“In today’s current business environment, people are eager to pursue job opportunities that offer greater independence and flexibility,” says Jim Ayres, Managing Director of Amway North America. “With 77 percent of respondents in Amway’s Global Entrepreneurship Report having positive attitudes toward entrepreneurship, we are seeing more people—particularly millennials—look for ways to generate additional income. As global trends such as the gig economy amplify this desire, prospective entrepreneurs are engaging in direct selling as a way to start businesses and capitalize on trends that have changed the way people consume products and services.”
The Changing Way We Buy
The millennial surge also has a massive influence on consumer preferences. As a university professor, Dr. Solomon is on the front lines of educating Gen Ys and Gen Zs (those under 18 years of age) about business. While Gen Ys use an average of three screens per day, Gen Zs use five: smartphone, TV, laptop, desktop and iPad, according to an article written in the International Business Times in 2015 (“Marketing to Generation Z: Millennials Move Aside as Brands Shift Focus to Under-18 Customers”). By 2020, Gen Zs are expected to comprise 40 percent of all consumers in the United States, and they have an average attention span of 8.25 seconds. Those numbers are among statistics compiled by Statistic Brain Research Institute—which, by the way, reports that the average attention span of a goldfish is 9 seconds.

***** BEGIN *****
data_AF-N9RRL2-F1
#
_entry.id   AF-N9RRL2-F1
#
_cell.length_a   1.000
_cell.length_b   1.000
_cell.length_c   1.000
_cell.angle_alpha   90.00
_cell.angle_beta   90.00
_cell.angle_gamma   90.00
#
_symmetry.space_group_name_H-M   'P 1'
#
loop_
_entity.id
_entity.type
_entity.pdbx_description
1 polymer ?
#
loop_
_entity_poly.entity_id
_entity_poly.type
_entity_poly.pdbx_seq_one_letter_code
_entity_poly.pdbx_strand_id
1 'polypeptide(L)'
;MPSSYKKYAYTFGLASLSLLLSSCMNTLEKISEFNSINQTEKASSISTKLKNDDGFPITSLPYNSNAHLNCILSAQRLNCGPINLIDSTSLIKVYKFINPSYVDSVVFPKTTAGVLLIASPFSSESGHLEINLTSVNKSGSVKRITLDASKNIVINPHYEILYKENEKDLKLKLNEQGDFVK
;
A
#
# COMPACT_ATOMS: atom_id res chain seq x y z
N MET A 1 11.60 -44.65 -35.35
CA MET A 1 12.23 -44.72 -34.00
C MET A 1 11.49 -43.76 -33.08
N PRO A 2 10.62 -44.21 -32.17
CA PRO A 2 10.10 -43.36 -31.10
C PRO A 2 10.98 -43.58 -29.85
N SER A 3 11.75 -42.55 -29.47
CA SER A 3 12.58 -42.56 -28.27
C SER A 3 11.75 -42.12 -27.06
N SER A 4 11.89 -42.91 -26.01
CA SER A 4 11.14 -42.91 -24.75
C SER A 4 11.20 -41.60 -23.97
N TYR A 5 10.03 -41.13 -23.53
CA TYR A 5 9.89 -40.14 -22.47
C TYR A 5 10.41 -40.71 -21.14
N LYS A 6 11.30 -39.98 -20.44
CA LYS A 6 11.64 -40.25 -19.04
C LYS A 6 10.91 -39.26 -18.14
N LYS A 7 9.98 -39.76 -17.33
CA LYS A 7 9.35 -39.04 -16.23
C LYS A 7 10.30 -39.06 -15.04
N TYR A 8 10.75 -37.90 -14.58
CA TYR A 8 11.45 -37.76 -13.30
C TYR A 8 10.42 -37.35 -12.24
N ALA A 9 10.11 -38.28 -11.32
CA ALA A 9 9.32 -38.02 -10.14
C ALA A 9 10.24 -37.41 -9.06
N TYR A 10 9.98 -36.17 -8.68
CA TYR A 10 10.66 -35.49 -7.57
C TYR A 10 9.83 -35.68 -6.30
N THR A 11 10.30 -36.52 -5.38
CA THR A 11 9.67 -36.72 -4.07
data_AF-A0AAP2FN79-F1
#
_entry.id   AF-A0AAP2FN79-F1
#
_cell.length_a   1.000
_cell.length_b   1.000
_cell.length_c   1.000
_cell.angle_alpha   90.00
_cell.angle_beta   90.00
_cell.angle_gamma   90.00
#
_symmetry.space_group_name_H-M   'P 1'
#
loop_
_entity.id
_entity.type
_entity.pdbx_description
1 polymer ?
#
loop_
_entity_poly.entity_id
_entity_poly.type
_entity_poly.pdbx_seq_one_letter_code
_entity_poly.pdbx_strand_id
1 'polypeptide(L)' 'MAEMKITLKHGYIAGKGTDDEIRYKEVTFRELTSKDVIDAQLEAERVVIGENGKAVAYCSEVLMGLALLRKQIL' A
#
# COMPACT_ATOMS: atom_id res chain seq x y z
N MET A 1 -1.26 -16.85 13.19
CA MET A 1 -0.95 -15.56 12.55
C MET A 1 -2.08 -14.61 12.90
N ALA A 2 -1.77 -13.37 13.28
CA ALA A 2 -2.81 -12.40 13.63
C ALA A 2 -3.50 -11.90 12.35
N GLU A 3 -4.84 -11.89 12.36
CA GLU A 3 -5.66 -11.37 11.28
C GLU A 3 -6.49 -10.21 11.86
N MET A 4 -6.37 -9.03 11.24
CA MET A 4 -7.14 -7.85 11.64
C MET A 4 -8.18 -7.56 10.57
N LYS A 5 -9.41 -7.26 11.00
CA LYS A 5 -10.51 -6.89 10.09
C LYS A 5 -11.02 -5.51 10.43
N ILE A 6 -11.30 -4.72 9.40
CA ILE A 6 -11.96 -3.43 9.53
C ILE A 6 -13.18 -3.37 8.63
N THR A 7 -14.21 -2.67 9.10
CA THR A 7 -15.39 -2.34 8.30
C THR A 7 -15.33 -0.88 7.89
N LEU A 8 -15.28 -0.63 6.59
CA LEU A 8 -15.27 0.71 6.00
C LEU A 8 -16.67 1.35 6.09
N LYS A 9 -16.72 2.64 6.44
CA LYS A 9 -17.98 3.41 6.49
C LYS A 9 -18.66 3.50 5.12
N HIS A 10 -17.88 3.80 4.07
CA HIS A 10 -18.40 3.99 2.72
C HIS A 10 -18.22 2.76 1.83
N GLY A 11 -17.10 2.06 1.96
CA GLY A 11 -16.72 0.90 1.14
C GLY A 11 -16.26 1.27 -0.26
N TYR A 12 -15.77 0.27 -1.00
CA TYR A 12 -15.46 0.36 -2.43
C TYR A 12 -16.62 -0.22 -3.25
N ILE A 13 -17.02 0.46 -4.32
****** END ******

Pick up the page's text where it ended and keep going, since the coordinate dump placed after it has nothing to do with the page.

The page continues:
Direct selling will continue to compete with noise as companies try to reach young consumers. “There are challenges in talking to them,” Dr. Solomon says. “Teens today are averaging 10 hours a day of screen time.” The key, he adds, is to continue serving up the technology in a personalized manner. With such evolutions as virtual and augmented reality, artificial intelligence and 3-D printing (all of which could dramatically modernize and enhance the selling situation), and RFID chips (which assist with supply chain operations), direct selling companies are only scratching the surface of the potential. Over time, the channel has been moving increasingly toward a model in which consumers are more active participants in the buying experience. Or, as Dr. Solomon describes it, “the customer becomes a co-creator in the creative process. They’re no longer consumers, but prosumers.”